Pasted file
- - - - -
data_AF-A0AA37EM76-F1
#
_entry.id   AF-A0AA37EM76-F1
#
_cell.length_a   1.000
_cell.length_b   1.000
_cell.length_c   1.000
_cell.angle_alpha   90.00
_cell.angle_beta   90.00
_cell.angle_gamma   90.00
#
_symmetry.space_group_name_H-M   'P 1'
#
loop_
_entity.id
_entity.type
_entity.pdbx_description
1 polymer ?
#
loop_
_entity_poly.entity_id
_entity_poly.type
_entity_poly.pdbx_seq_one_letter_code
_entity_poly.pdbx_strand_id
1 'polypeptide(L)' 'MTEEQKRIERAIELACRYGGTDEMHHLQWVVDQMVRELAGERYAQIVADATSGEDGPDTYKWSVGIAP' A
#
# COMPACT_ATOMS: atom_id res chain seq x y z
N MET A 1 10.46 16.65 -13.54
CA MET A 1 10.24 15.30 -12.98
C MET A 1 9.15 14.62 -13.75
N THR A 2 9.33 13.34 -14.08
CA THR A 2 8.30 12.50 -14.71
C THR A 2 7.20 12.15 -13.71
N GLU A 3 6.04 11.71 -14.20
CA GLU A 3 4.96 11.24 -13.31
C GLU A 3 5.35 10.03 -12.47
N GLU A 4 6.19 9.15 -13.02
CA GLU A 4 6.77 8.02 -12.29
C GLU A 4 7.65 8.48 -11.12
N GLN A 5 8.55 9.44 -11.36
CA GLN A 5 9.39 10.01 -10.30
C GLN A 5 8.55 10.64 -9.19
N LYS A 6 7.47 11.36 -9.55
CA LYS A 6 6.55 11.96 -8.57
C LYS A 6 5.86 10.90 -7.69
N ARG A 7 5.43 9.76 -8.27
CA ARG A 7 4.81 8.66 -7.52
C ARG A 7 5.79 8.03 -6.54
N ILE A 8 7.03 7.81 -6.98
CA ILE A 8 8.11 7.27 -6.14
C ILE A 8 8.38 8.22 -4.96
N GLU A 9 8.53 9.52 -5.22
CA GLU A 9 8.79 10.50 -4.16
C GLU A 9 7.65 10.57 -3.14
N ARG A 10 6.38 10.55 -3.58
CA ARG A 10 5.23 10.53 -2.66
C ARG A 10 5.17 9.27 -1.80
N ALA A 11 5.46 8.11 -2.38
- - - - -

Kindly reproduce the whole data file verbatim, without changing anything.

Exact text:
data_AF-A0AA37EM76-F1
#
_entry.id   AF-A0AA37EM76-F1
#
_cell.length_a   1.000
_cell.length_b   1.000
_cell.length_c   1.000
_cell.angle_alpha   90.00
_cell.angle_beta   90.00
_cell.angle_gamma   90.00
#
_symmetry.space_group_name_H-M   'P 1'
#
loop_
_entity.id
_entity.type
_entity.pdbx_description
1 polymer ?
#
loop_
_entity_poly.entity_id
_entity_poly.type
_entity_poly.pdbx_seq_one_letter_code
_entity_poly.pdbx_strand_id
1 'polypeptide(L)' 'MTEEQKRIERAIELACRYGGTDEMHHLQWVVDQMVRELAGERYAQIVADATSGEDGPDTYKWSVGIAP' A
#
# COMPACT_ATOMS: atom_id res chain seq x y z
N MET A 1 10.46 16.65 -13.54
CA MET A 1 10.24 15.30 -12.98
C MET A 1 9.15 14.62 -13.75
N THR A 2 9.33 13.34 -14.08
CA THR A 2 8.30 12.50 -14.71
C THR A 2 7.20 12.15 -13.71
N GLU A 3 6.04 11.71 -14.20
CA GLU A 3 4.96 11.24 -13.31
C GLU A 3 5.35 10.03 -12.47
N GLU A 4 6.19 9.15 -13.02
CA GLU A 4 6.77 8.02 -12.29
C GLU A 4 7.65 8.48 -11.12
N GLN A 5 8.55 9.44 -11.36
CA GLN A 5 9.39 10.01 -10.30
C GLN A 5 8.55 10.64 -9.19
N LYS A 6 7.47 11.36 -9.55
CA LYS A 6 6.55 11.96 -8.57
C LYS A 6 5.86 10.90 -7.69
N ARG A 7 5.43 9.76 -8.27
CA ARG A 7 4.81 8.66 -7.52
C ARG A 7 5.79 8.03 -6.54
N ILE A 8 7.03 7.81 -6.98
CA ILE A 8 8.11 7.27 -6.14
C ILE A 8 8.38 8.22 -4.96
N GLU A 9 8.53 9.52 -5.22
CA GLU A 9 8.79 10.50 -4.16
C GLU A 9 7.65 10.57 -3.14
N ARG A 10 6.38 10.55 -3.58
CA ARG A 10 5.23 10.53 -2.66
C ARG A 10 5.17 9.27 -1.80
N ALA A 11 5.46 8.11 -2.38